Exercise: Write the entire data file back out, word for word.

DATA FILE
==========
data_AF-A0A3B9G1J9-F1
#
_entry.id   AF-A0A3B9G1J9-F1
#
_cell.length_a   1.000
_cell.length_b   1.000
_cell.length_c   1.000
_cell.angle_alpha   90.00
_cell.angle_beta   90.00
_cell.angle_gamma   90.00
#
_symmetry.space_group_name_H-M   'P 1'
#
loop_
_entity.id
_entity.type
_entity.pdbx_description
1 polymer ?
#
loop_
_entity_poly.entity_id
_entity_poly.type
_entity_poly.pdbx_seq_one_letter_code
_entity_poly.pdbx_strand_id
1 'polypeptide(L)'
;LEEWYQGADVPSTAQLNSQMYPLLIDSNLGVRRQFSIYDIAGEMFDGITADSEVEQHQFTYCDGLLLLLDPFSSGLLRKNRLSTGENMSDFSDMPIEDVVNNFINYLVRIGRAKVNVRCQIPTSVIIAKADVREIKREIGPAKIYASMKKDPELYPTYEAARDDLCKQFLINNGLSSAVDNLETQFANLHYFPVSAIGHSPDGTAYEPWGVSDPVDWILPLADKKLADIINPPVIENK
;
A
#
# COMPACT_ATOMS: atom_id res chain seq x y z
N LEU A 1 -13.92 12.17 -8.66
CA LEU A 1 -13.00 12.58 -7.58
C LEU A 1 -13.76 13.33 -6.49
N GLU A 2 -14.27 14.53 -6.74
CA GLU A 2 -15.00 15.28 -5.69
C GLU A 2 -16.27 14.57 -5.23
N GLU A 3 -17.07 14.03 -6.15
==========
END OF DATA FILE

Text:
data_AF-A0A3B9G1J9-F1
#
_entry.id   AF-A0A3B9G1J9-F1
#
_cell.length_a   1.000
_cell.length_b   1.000
_cell.length_c   1.000
_cell.angle_alpha   90.00
_cell.angle_beta   90.00
_cell.angle_gamma   90.00
#
_symmetry.space_group_name_H-M   'P 1'
#
loop_
_entity.id
_entity.type
_entity.pdbx_description
1 polymer ?
#
loop_
_entity_poly.entity_id
_entity_poly.type
_entity_poly.pdbx_seq_one_letter_code
_entity_poly.pdbx_strand_id
1 'polypeptide(L)'
;LEEWYQGADVPSTAQLNSQMYPLLIDSNLGVRRQFSIYDIAGEMFDGITADSEVEQHQFTYCDGLLLLLDPFSSGLLRKNRLSTGENMSDFSDMPIEDVVNNFINYLVRIGRAKVNVRCQIPTSVIIAKADVREIKREIGPAKIYASMKKDPELYPTYEAARDDLCKQFLINNGLSSAVDNLETQFANLHYFPVSAIGHSPDGTAYEPWGVSDPVDWILPLADKKLADIINPPVIENK
;
A
#
# COMPACT_ATOMS: atom_id res chain seq x y z
N LEU A 1 -13.92 12.17 -8.66
CA LEU A 1 -13.00 12.58 -7.58
C LEU A 1 -13.76 13.33 -6.49
N GLU A 2 -14.27 14.53 -6.74
CA GLU A 2 -15.00 15.28 -5.69
C GLU A 2 -16.27 14.57 -5.23
N GLU A 3 -17.07 14.03 -6.15